Juvenile idiopathic arthritis (JIA) is the most common rheumatic disease in childhood and an important cause of short and long-term disability. Systemic Onset Juvenile Idiopathic Arthritis (SoJIA) represents up to 20percent of all the cases of JIA. This disease does not respond to conventional therapies or anti-TNF agents and it leads to serious disabilities in a large proportion of patients. During the past 4 years we have addressed most of the aims that were included in our original application. This has resulted in the following advances: 1) identification of Interleukin-1 as a major mediator of the systemic phase of the disease, 2) resolution of clinical symptoms upon initiation of IL-1 blockade, 3) identification of a signature specific to the initial, systemic phase of the disease that permits to establish the diagnosis against a panel of other febrile illnesses, 4) identification of the cell type that gives rise to this SoJIA-specific signature, 5) identification of environmental agents that trigger a dysregulated IL-1B production by SoJIA blood cells, 6) identification of the neutrophil as a potential major source of IL-1B in SoJIA, 7) identification of transcripts that are differentially regulated in SoJIA versus healthy controls in response to environmental agents. These transcripts represent candidates for genetic analysis. Our hypothesis is that SoJIA arises as the result of an inappropriate response of the innate immune system to an environmental insult. This inappropriate response very likely has a genetic basis. Having identified one of the potential triggers of IL-1 overproduction, and counting on an in vitro assay to test the effect of these and novel triggers on cells from patients and controls, we are now in a good position to select candidate genes for genetic and functional analyses.
The specific aims of our current application are: 1. To confirm and extend our observations that candidate blood gene signatures are SoJIA-specific and can be used as diagnostic tools. 2. To further characterize the cell type(s) giving rise to the unique SoJIA gene signature. 3. To characterize the role of infectious agents in the initial stage and acute exacerbations/flare-ups of patients with SoJIA. Completion of these studies will set the stage for future experiments aimed at characterizing candidate genes at the genetic level and at ascertaining their contribution to IL-1B dysregulation. To perform these studies, we have secured collaborations with infectious disease experts, statisticians, geneticists and experts in the biology and regulation of IL-1 activation. The results of these studies will have immediate clinical and basic immunology applications and should contribute to improve the outlook of children suffering from this often devastating disease.

Public Health Relevance

The successful accomplishment of this project would have significant consequences on SoJIA patients, including the availability of a simple diagnostic test and the identification of potential environmental triggers that may lead to novel therapeutic and/or preventive approaches. These studies will also set the stage for future discovery of susceptibility genes that could be used for screening and diagnostic purposes as well. Understanding the basis of IL-1 dysregulation might shed light on very basic aspects of cytokine biology and help finding novel therapeutic targets for this disease.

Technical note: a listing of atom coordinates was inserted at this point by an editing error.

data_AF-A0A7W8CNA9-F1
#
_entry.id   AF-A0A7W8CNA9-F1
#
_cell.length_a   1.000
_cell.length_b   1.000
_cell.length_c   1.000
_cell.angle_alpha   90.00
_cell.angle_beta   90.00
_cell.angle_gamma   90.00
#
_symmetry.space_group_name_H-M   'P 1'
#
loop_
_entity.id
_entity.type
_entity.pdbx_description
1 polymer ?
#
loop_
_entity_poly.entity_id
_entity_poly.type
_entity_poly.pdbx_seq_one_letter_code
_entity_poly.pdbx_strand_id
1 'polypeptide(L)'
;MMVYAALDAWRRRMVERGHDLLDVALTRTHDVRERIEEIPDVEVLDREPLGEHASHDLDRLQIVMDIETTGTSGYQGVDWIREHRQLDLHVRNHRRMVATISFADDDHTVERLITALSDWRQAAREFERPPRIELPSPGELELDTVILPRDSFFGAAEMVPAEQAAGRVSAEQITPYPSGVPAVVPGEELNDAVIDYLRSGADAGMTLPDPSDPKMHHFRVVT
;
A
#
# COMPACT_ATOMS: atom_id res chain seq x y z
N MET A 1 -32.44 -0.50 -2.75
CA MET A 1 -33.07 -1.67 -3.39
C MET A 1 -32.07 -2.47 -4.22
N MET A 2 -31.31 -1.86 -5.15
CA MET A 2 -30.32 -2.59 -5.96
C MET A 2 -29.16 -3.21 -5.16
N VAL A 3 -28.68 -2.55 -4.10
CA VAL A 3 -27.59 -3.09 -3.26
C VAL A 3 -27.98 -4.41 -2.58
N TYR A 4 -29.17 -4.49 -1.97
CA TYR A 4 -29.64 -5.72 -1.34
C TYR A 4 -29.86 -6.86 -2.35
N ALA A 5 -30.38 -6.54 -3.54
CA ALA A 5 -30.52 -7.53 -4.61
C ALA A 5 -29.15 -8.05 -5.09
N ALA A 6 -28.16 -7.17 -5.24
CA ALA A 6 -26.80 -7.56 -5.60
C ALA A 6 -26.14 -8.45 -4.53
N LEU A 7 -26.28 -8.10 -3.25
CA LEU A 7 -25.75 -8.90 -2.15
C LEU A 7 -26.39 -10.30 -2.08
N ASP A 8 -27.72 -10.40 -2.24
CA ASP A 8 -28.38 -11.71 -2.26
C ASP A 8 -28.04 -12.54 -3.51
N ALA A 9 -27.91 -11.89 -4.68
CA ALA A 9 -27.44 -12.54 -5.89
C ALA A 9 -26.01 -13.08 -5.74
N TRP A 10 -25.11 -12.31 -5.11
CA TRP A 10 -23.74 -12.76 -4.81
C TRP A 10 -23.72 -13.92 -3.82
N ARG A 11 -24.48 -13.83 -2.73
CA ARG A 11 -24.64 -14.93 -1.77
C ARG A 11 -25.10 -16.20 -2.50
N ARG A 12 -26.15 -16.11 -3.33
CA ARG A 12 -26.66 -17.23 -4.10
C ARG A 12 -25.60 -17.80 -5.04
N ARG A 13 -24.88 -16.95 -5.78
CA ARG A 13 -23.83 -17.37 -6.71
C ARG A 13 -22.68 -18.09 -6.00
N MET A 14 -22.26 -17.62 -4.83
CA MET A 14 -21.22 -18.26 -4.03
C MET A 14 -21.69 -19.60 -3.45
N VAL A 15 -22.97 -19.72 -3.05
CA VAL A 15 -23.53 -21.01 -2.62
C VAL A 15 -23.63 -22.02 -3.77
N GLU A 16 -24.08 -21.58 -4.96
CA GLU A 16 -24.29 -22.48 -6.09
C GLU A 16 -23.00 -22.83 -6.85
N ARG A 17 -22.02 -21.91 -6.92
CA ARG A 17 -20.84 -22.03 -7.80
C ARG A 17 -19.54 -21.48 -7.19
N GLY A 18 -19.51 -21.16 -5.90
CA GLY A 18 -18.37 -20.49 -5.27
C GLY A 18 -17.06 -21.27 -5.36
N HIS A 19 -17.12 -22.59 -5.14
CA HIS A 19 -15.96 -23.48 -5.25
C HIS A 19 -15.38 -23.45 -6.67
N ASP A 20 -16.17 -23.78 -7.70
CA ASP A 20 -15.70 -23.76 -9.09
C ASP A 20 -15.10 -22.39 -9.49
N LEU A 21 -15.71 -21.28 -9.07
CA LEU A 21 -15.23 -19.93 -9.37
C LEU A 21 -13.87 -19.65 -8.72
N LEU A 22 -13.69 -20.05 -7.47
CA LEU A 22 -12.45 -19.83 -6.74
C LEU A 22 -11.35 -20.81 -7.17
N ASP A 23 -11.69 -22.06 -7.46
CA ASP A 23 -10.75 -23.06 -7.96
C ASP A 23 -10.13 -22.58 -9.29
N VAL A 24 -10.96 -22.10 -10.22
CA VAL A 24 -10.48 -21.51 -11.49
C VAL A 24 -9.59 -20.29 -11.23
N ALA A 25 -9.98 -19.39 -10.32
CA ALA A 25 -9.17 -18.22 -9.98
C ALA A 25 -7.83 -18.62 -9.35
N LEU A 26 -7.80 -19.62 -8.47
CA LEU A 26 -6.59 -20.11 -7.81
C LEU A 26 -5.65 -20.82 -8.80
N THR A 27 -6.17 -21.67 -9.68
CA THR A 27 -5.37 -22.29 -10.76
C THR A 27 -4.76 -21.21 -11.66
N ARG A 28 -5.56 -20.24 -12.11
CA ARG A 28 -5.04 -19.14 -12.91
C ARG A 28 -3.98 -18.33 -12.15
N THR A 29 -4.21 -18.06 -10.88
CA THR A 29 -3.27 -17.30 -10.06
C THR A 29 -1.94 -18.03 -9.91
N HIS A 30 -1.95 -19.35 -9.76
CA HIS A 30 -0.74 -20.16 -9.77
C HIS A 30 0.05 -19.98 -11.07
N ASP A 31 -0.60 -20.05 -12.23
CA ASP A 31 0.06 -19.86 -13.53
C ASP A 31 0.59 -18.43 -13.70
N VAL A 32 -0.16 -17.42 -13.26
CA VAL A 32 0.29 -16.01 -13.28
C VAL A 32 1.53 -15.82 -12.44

National Institute of Health (NIH)
National Institute of Arthritis and Musculoskeletal and Skin Diseases (NIAMS)
Research Project (R01)
Project #
Application #
Study Section
Arthritis, Connective Tissue and Skin Study Section (ACTS)
Program Officer
Wang, Yan Z
Project Start
Project End
Budget Start
Budget End
Support Year
Fiscal Year
Total Cost
Indirect Cost
Baylor Research Institute
United States
Zip Code
Cepika, Alma-Martina; Banchereau, Romain; Segura, Elodie et al. (2017) A multidimensional blood stimulation assay reveals immune alterations underlying systemic juvenile idiopathic arthritis. J Exp Med 214:3449-3466
Simonini, Gabriele; Xu, Zhaohui; Caputo, Roberto et al. (2013) Clinical and transcriptional response to the long-acting interleukin-1 blocker canakinumab in Blau syndrome-related uveitis. Arthritis Rheum 65:513-8
Xu, Wei; Joo, HyeMee; Clayton, Sandra et al. (2012) Macrophages induce differentiation of plasma cells through CXCL10/IP-10. J Exp Med 209:1813-23, S1-2
Banchereau, Romain; Jordan-Villegas, Alejandro; Ardura, Monica et al. (2012) Host immune transcriptional profiles reflect the variability in clinical disease manifestations in patients with Staphylococcus aureus infections. PLoS One 7:e34390
Banchereau, Jacques; Pascual, Virginia; O'Garra, Anne (2012) From IL-2 to IL-37: the expanding spectrum of anti-inflammatory cytokines. Nat Immunol 13:925-31
Boisson, Bertrand; Laplantine, Emmanuel; Prando, Carolina et al. (2012) Immunodeficiency, autoinflammation and amylopectinosis in humans with inherited HOIL-1 and LUBAC deficiency. Nat Immunol 13:1178-86
Garcia-Romo, Gina S; Caielli, Simone; Vega, Barbara et al. (2011) Netting neutrophils are major inducers of type I IFN production in pediatric systemic lupus erythematosus. Sci Transl Med 3:73ra20
Pascual, Virginia; Chaussabel, Damien; Banchereau, Jacques (2010) A genomic approach to human autoimmune diseases. Annu Rev Immunol 28:535-71
Berry, Matthew P R; Graham, Christine M; McNab, Finlay W et al. (2010) An interferon-inducible neutrophil-driven blood transcriptional signature in human tuberculosis. Nature 466:973-7
Obermoser, G; Pascual, V (2010) The interferon-alpha signature of systemic lupus erythematosus. Lupus 19:1012-9

Showing the most recent 10 out of 18 publications